Picture this: You’re sitting across from your longtime friend at the local diner. You catch up on life, then, because you’re curious, you ask your friend about her income, her student loan debt and her savings.

How many of you just cringed?

Most of us don’t have friends — or even family members — who are willing to talk explicitly about these numbers.

is an app that allows you to anonymously compare your financial situation with your peers without asking those awkward, prying questions. Tap into this database and you’ll be able to compare your income, debt, interest rates, credit score, spending… you name it.

By seeing how others are doing, you can see what you need to work on — or where you can sit back a little and just breathe easy.

Carson Kohler (@CarsonKohler) is a staff writer at The Penny Hoarder. When it comes to finances, she’s a professional procrastinator.

The Penny Hoarder Promise: We provide accurate, reliable information. Here’s why you can trust us and how we make money.

Ready to stop worrying about money?

Get the Penny Hoarder Daily

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This content was originally published here.

Trump on Coming Debt Crisis: ‘I Won’t Be Here’ When It Blows Up

Since the 2016 presidential campaign, Donald Trump’s aides and advisers have tried to convince him of the importance of tackling the national debt.

Sources close to the president say he has repeatedly shrugged it off, implying that he doesn’t have to worry about the money owed to America’s creditors—currently about $21 trillion—because he won’t be around to shoulder the blame when it becomes even more untenable.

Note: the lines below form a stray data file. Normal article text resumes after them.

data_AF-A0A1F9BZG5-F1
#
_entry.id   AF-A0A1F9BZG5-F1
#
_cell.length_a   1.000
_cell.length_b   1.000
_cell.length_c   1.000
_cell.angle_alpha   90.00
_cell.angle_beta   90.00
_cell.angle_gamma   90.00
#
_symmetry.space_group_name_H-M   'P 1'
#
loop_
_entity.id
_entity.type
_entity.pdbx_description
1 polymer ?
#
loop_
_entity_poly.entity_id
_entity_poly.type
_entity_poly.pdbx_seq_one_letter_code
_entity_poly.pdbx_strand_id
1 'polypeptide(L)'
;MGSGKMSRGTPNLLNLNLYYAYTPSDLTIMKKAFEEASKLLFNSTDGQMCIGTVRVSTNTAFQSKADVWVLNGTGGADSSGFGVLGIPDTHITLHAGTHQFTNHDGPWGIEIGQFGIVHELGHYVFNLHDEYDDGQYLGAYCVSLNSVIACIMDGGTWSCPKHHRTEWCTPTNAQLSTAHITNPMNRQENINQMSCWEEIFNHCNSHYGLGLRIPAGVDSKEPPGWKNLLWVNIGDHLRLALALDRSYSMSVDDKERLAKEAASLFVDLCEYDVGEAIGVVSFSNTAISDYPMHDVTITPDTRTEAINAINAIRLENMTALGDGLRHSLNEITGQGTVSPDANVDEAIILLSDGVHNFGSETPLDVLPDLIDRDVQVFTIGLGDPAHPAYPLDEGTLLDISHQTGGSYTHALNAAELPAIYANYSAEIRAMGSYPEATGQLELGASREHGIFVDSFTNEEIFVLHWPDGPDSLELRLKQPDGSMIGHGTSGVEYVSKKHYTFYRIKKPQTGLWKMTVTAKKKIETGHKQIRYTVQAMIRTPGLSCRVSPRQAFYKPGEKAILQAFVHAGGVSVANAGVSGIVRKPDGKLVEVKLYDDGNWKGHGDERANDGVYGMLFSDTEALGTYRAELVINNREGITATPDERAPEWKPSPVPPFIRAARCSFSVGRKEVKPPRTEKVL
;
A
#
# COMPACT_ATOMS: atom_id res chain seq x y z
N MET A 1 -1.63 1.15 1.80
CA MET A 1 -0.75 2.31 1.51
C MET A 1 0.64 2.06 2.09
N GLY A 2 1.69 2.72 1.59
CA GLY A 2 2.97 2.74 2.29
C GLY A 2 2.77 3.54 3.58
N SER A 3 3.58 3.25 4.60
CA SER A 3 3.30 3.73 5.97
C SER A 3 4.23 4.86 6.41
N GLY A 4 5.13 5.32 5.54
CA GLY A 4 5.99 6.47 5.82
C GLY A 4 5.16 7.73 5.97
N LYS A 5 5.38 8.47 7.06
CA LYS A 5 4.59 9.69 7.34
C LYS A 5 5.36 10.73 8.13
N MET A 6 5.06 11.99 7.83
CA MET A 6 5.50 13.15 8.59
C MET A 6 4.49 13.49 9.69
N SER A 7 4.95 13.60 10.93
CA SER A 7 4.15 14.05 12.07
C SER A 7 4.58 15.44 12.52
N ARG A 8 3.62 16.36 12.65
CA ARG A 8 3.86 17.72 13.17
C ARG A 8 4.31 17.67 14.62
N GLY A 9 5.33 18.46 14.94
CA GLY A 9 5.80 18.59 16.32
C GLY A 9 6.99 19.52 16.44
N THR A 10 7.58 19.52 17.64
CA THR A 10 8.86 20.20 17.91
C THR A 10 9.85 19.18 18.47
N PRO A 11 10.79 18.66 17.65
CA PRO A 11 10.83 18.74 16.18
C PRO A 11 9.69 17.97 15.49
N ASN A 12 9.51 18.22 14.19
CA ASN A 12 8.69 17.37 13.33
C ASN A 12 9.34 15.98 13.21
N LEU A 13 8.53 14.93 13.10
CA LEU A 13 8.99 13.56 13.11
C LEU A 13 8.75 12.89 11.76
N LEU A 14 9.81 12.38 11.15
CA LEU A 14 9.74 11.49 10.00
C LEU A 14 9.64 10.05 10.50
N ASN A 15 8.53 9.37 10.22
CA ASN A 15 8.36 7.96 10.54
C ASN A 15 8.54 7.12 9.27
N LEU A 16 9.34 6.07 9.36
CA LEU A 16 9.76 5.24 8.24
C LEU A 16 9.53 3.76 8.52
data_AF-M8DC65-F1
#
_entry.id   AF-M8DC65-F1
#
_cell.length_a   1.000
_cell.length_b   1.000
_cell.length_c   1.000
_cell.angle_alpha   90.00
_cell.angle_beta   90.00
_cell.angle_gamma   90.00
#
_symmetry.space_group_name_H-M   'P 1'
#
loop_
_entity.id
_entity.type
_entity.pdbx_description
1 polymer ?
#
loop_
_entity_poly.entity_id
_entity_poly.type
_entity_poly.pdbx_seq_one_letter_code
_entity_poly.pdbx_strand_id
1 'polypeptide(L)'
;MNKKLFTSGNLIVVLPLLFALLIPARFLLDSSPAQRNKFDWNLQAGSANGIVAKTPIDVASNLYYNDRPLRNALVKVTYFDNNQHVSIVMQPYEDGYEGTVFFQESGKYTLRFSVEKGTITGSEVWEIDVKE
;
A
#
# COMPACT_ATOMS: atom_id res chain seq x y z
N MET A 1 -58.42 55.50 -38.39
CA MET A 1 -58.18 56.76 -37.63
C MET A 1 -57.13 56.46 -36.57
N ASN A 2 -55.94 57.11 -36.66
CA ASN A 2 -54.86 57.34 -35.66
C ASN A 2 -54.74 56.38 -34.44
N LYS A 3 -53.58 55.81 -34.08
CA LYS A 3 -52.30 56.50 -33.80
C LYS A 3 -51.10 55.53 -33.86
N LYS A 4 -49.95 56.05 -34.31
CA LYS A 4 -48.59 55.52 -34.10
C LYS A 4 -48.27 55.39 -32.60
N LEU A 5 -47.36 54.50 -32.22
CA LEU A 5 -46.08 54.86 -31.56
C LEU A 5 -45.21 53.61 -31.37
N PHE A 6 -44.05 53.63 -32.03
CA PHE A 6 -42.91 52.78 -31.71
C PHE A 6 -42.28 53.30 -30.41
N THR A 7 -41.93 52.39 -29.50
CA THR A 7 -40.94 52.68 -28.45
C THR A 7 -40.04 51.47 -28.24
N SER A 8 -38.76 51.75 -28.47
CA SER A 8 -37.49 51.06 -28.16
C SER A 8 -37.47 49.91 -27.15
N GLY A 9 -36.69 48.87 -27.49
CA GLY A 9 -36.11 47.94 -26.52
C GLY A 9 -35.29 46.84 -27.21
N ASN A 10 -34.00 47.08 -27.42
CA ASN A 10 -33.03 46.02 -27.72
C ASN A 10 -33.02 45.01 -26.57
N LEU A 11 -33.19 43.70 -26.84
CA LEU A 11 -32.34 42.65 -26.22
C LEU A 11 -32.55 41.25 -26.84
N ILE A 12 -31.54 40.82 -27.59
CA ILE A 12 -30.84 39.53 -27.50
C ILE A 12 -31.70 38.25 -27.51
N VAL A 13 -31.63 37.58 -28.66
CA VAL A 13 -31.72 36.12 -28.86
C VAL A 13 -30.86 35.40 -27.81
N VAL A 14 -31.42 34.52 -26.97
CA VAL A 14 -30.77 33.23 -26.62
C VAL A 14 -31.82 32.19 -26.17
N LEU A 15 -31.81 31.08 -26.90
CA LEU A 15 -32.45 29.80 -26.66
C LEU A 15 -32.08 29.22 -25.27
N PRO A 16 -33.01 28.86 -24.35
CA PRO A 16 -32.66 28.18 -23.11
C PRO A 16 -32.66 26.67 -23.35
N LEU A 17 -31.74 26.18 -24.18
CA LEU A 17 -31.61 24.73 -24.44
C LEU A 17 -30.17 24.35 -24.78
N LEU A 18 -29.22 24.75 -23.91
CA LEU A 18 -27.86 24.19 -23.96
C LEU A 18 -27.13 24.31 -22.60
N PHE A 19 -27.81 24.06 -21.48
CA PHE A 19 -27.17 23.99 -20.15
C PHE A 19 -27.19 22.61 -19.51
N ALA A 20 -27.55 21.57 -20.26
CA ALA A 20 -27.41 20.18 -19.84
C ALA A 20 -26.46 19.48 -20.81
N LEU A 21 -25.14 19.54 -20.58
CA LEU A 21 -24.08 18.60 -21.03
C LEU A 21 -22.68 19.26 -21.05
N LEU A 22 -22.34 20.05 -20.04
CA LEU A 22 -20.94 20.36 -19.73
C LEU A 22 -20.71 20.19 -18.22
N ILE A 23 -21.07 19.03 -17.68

The friction came to a head in early 2017 when senior officials offered Trump charts and graphics laying out the numbers and showing a “hockey stick” spike in the national debt in the not-too-distant future. In response, Trump noted that the data suggested the debt would reach a critical mass only after his possible second term in office.

“Yeah, but I won’t be here,” the president bluntly said, according to a source who was in the room when Trump made this comment during discussions on the debt.

“I never once heard him talk about the debt.”
— Former Senior White House official

The episode illustrates the extent of the president’s ambivalence toward tackling an issue that has previously animated the Republican Party from the days of Ronald Reagan to the presidency of Barack Obama.

But for those who have worked with Trump, it was par for the course. Several people close to the president, both within and outside his administration, confirmed that the national debt has never bothered him in a truly meaningful way, despite his public lip service. “I never once heard him talk about the debt,” one former senior White House official attested.

Marc Short, who until recently worked for Trump as his legislative affairs director, said he believed the president recognized “the threat that debt poses” and he pointed to Trump’s concern “about rising interest rates” as evidence of his concern for the matter.

“But there’s no doubt this administration and this Congress need to address spending because we have out-of-control entitlement programs,” Short said, adding, “it’s fair to say that… the president would be skeptical of anyone who claims that they would know exactly when a [debt] crisis really comes home to roost.”

Recent reports have suggested that Trump is determined, at least rhetorically, to address the issue. Hogan Gidley, a spokesman for the president, noted that the president and his team have proposed policies to achieve some deficit reduction, “including in his first budget that actually would’ve balanced in 10 years, a historic, common-sense rescissions proposal.”